This is the beginning, very much in the control of the GM and designers. Character creation is the obvious rules-facing side where a player must comply with the first steps in order to start play. “Roll 3d6 down the line and choose a class.” Otherwise, you’re not even playing in the same game. The fiction-facing version is outlining the opening scene of a campaign or session: “You find yourself 10,000 coins in debt. You start in Sleepy Hollow. There is a crippled dog here.” Basically, this is everything a GM establishes before saying “what do you do?”
These are the positive consequences. The rules-facing side is experience or other intangible rewards. “Mark 1 XP per gold pillaged.” “Here, have a FATE token.” The fiction-facing is the tangible and intangibles in the world. “Having looted 1,000 quarters from the dragon, you now have 1,000 quarters.” “The queen makes good on her promise and bestows the title of noblemen to you and your buddies.”
There are the negative consequences. Rules-facing? Death and dying rules. Saves. Stress. Fiction-facing? Thievery makes enemies, dishonor brings the world crumbling down around you. Everyone has had a session where the players breaking the law leads to a night in jail.
These are the tools in the rule book and in the world and are plenty more sophisticated than “STOP, CITIZEN!”
Think about it this way: what ACTUALLY happens when a character in CY_BORG sides with “the corp, the cops, and the capitalist system?” Do they freeze up? Does their programming prevent them from doing this? Do the designers of the game write them a strongly worded email? Does the GM spritz them with a spray bottle and say “bad dog”? It’s absurd.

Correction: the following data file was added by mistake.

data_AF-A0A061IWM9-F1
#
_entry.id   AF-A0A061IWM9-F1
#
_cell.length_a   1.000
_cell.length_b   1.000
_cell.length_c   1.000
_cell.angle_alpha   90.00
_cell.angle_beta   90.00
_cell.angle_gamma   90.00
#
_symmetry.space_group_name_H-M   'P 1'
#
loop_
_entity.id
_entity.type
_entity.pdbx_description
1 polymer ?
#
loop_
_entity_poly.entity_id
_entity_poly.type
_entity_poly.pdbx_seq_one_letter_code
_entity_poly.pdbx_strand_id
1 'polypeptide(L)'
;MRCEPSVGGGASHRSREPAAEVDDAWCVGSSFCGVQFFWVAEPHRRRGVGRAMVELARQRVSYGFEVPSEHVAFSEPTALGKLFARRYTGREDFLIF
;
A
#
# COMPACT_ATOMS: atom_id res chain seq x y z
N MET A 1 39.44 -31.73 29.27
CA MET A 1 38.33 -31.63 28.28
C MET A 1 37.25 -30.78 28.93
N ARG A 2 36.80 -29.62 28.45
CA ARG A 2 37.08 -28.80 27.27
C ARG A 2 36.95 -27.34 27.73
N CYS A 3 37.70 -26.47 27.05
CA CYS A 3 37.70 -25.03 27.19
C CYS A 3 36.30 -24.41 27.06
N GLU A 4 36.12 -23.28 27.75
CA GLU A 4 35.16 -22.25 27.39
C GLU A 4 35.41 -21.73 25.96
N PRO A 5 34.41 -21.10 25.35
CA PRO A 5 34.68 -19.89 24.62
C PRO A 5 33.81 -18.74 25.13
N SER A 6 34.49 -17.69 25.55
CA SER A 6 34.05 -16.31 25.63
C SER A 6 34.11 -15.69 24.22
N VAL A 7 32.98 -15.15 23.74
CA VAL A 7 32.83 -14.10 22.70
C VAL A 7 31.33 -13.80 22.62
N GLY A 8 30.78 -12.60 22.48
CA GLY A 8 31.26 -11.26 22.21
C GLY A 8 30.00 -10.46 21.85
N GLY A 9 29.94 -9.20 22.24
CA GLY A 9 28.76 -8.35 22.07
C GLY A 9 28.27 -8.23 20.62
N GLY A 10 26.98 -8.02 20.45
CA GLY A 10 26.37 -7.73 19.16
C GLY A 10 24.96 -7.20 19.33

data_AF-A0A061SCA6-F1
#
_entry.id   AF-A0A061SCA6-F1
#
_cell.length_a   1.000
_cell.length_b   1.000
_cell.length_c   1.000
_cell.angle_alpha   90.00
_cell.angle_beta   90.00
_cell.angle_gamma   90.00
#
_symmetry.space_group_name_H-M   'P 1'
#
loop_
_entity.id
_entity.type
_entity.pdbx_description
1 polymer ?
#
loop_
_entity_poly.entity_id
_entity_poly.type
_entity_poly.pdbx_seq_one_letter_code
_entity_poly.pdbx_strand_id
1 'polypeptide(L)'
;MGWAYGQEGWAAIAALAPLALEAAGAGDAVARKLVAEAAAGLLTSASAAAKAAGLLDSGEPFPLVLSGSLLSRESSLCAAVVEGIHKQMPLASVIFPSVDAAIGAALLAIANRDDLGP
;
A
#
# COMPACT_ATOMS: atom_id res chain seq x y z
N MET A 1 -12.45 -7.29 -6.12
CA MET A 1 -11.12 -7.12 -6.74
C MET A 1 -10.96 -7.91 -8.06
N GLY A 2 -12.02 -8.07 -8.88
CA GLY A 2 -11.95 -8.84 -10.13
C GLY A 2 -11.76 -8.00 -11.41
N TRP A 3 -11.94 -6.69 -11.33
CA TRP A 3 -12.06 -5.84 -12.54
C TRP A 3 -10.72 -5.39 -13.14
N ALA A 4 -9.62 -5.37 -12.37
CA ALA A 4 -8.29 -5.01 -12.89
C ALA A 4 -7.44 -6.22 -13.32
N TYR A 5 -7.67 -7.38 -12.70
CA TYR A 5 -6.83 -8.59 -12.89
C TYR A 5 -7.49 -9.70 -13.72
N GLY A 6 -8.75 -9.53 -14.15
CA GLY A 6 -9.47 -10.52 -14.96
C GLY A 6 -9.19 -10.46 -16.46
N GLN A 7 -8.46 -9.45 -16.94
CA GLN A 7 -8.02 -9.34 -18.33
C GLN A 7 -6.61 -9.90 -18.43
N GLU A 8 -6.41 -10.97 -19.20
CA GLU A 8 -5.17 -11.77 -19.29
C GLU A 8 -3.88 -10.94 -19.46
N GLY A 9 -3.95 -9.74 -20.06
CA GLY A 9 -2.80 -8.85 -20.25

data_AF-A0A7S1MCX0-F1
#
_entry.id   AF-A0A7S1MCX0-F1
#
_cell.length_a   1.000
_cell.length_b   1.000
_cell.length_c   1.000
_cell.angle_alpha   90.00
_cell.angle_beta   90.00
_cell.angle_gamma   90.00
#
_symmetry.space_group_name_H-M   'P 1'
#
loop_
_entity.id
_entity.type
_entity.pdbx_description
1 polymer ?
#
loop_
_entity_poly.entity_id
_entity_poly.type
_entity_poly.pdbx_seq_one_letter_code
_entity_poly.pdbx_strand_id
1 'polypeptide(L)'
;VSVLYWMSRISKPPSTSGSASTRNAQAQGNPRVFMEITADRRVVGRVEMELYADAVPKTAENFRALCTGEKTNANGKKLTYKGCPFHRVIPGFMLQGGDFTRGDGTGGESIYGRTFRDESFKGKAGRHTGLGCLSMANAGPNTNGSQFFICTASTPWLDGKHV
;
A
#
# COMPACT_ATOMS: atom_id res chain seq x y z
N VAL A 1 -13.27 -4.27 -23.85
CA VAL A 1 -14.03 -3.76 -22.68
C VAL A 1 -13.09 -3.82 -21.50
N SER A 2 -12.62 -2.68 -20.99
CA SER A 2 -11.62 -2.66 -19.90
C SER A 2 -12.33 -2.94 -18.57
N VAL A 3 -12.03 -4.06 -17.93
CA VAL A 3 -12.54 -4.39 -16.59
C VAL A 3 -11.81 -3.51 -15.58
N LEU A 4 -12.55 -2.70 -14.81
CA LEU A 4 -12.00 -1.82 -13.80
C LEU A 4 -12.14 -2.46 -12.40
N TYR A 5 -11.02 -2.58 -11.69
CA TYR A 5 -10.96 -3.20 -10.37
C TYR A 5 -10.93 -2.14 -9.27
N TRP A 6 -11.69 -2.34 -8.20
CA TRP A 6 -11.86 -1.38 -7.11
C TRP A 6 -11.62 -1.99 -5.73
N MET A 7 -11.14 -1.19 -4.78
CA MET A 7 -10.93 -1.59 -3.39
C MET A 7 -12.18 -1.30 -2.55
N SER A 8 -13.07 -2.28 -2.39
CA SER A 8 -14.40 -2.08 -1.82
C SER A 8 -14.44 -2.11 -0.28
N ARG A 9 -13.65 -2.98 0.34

Actions happen. Choices are made. So instead, how can we use the setup, rewards, and punishments to keep the game within the boundaries of genre?
Setup: “The corp, the cops, and the capitalist system are against you from the start and always have been. Here are some weapons to take them out before they lock you up and shut you down.”
Rewards: “When you do a mission against the system, mark 1 XP. Level up every 3 XP. Every mission against the system also increases your reputation score with the underworld. Punks may even come to respect fellow punks.”
Punishments: “When you side with system as their operative, lose your character. Make a new character on a mission to take them out.”
Rather than rule out a behavior, guide it. In Skorne, you can side with the baddies. But if you do, there’s an explicit rule that you hand over your character. Unfair? If signposted, absolutely not. Siding with the baddies is like jumping in lava: when it happens, you’re dead to the party, give the referee the character sheet. Might that character come back as a ghost? Sure. A character that turns evil may return, but they’re evil because you made a choice to have them so.
Now, you may be asking, “Sam, what about the players that still go off the rails despite the setup, rewards, and punishments of the game?” To which I reply, “I guess it was all about trust all along.” See, there are few literal “can’t do-s” in within the magic circle. These are instead outnumbered by the many “please do-s” and “please don’t-s” we operate beneath.
Back to trust, not authoritarian demands that we reject on a gut and soul level.
One thought on “The Two Rules”
I gotta say, if someone told me “there’s a game called Skorne, and you can do anything in that game, even side with the enemy!”, I would assume that that precludes “but if you do, then your lose the ability to play that character and have to make a new one.”